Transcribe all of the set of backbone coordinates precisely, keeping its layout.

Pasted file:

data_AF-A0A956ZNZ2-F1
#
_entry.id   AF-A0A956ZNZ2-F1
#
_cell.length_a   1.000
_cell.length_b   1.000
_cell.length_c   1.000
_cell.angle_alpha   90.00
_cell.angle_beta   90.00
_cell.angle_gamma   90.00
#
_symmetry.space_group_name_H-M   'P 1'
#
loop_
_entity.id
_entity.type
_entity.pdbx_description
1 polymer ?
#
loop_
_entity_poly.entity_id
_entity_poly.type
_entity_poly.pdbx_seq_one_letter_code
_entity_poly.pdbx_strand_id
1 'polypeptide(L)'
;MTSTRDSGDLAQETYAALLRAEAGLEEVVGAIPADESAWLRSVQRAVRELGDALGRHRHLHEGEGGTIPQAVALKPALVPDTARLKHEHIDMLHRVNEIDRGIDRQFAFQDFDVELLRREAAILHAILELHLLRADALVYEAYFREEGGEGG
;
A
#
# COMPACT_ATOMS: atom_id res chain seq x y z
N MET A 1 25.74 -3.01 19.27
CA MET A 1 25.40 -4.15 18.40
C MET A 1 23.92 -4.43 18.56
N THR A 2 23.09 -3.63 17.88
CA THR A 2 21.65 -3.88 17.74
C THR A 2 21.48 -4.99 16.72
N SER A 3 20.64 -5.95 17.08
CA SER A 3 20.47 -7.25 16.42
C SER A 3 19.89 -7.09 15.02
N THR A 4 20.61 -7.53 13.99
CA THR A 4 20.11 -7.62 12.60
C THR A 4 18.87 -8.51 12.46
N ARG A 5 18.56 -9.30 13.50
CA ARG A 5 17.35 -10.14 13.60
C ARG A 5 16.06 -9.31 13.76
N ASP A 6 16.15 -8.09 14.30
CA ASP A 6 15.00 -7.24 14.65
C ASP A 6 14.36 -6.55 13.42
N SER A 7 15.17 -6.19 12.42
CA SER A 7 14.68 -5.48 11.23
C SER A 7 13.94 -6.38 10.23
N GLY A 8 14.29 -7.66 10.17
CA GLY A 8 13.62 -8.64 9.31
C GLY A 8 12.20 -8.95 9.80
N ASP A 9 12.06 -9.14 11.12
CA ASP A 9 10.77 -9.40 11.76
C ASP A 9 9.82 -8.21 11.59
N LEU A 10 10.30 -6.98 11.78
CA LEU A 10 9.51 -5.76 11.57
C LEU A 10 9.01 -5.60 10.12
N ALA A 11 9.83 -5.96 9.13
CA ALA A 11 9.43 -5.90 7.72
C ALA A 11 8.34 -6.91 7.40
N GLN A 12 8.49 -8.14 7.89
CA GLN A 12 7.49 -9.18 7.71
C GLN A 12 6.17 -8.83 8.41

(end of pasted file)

data_AF-A0A956ZNZ2-F1
#
_entry.id   AF-A0A956ZNZ2-F1
#
_cell.length_a   1.000
_cell.length_b   1.000
_cell.length_c   1.000
_cell.angle_alpha   90.00
_cell.angle_beta   90.00
_cell.angle_gamma   90.00
#
_symmetry.space_group_name_H-M   'P 1'
#
loop_
_entity.id
_entity.type
_entity.pdbx_description
1 polymer ?
#
loop_
_entity_poly.entity_id
_entity_poly.type
_entity_poly.pdbx_seq_one_letter_code
_entity_poly.pdbx_strand_id
1 'polypeptide(L)'
;MTSTRDSGDLAQETYAALLRAEAGLEEVVGAIPADESAWLRSVQRAVRELGDALGRHRHLHEGEGGTIPQAVALKPALVPDTARLKHEHIDMLHRVNEIDRGIDRQFAFQDFDVELLRREAAILHAILELHLLRADALVYEAYFREEGGEGG
;
A
#
# COMPACT_ATOMS: atom_id res chain seq x y z
N MET A 1 25.74 -3.01 19.27
CA MET A 1 25.40 -4.15 18.40
C MET A 1 23.92 -4.43 18.56
N THR A 2 23.09 -3.63 17.88
CA THR A 2 21.65 -3.88 17.74
C THR A 2 21.48 -4.99 16.72
N SER A 3 20.64 -5.95 17.08
CA SER A 3 20.47 -7.25 16.42
C SER A 3 19.89 -7.09 15.02
N THR A 4 20.61 -7.53 13.99
CA THR A 4 20.11 -7.62 12.60
C THR A 4 18.87 -8.51 12.46
N ARG A 5 18.56 -9.30 13.50
CA ARG A 5 17.35 -10.14 13.60
C ARG A 5 16.06 -9.31 13.76
N ASP A 6 16.15 -8.09 14.30
CA ASP A 6 15.00 -7.24 14.65
C ASP A 6 14.36 -6.55 13.42
N SER A 7 15.17 -6.19 12.42
CA SER A 7 14.68 -5.48 11.23
C SER A 7 13.94 -6.38 10.23
N GLY A 8 14.29 -7.66 10.17
CA GLY A 8 13.62 -8.64 9.31
C GLY A 8 12.20 -8.95 9.80
N ASP A 9 12.06 -9.14 11.12
CA ASP A 9 10.77 -9.40 11.76
C ASP A 9 9.82 -8.21 11.59
N LEU A 10 10.30 -6.98 11.78
CA LEU A 10 9.51 -5.76 11.57
C LEU A 10 9.01 -5.60 10.12
N ALA A 11 9.83 -5.96 9.13
CA ALA A 11 9.43 -5.90 7.72
C ALA A 11 8.34 -6.91 7.40
N GLN A 12 8.49 -8.14 7.89
CA GLN A 12 7.49 -9.18 7.71
C GLN A 12 6.17 -8.83 8.41